egg-palettize and image filenames


I’m using egg-palettize to group my textures and hit an interesting problem.
To make parameters for an image file to work I need to specify the filename without any directory part in it.
Let me explain. Here’s a txa file that doesn’t do what I want:

:group group1 dir group1
:imagetype .png

canapee.egg : group1
shelf.egg : group1

# textures for static geometry
data/textures/world/indoor/furniture/canapee01.png : force-rgba
data/textures/world/indoor/furniture/shelf_stock_1.png : force-rgba

in principle, it works fine: I get a palettized image, in the group1 directory and all, but the textures are not forced to RGBA.

To get it to work, I need to change the txa as follows:

:group group1 dir group1
:imagetype .png

canapee.egg : group1
shelf.egg : group1

# textures for static geometry
# I need to strip data/textures/world/indoor/furniture/ for force-rgba
canapee01.png : force-rgba
shelf_stock_1.png : force-rgba

So as you see, I need to strip the leading relative path of the textures to get it to work.
This is fine for this example, but for our production code that’s like a ticking time-bomb because some textures might have the same basename, although they are in different directories.

Is there a way to make egg-palettize to accept the full path for the image options?

Again, in my simplified example one could also fix it by a *.png: force-rgba, but for production code with loads and loads of files that wouldn’t work either because not all pngs referenced in the txa should be forced to rgba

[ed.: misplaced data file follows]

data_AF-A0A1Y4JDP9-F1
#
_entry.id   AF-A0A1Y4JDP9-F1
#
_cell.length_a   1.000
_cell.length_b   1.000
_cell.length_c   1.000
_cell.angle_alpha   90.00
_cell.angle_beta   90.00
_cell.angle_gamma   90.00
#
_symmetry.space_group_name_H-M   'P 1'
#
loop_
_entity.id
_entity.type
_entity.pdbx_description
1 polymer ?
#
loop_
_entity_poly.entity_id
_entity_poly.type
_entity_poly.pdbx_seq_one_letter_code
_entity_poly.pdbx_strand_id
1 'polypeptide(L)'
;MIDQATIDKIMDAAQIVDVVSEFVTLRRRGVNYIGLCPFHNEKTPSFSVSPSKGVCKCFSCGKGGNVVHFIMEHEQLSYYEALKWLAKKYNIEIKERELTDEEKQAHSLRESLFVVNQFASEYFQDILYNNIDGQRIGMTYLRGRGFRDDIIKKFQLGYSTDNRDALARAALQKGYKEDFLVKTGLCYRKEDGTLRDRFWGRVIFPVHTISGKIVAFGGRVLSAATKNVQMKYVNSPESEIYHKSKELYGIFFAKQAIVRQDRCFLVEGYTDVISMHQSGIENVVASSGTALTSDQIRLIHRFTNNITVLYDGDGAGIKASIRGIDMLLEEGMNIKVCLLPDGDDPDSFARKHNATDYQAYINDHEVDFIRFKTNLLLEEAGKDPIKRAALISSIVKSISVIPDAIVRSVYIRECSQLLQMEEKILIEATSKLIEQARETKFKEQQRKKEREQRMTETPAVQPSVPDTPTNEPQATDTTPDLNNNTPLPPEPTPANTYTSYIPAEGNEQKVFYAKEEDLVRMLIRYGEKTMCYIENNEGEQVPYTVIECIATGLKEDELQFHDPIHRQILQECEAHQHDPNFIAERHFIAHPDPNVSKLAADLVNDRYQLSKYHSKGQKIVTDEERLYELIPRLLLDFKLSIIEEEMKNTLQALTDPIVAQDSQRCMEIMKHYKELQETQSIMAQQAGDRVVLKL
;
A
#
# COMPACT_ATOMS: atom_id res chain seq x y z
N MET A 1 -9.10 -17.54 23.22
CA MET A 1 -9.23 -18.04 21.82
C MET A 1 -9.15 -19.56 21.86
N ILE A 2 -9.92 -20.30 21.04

Any comments?



No, sorry, this is an intentional design decision. egg-palettize assumes that all textures that have the same basename, regardless of their directory name, are actually intended to be the same image.

We made this decision because, frequently, artists will copy textures from one model to use in another model, and then you will have the same texture file appearing in two different directories. Allowing egg-palettize to group them together by filename allows us to avoid the wasting of texture memory that this would otherwise cause.

The flip side, of course, is that sometimes artists will give two different textures the same name, even if they are actually intended to be different textures. This is especially common with generic names like “floor.tiff” or “walls.tiff”.

When this happens, then egg-palettize will collapse the textures together, and apply the same texture in two different places. In one place, it will be the correct texture; in the other place, it will be the wrong texture.

Some time ago we analyzed it this way. There are two possibilities: either (a) egg-palettize should consider all different texture files to be globally unique, or (b) it should consider textures with the same basename to be the same texture.

In case (a), you will occasionally get textures needlessly duplicated in your palettes, wasting texture memory but causing no visible problems.

In case (b), you will occasionally get textures incorrectly applied to the wrong surface, causing visible problems.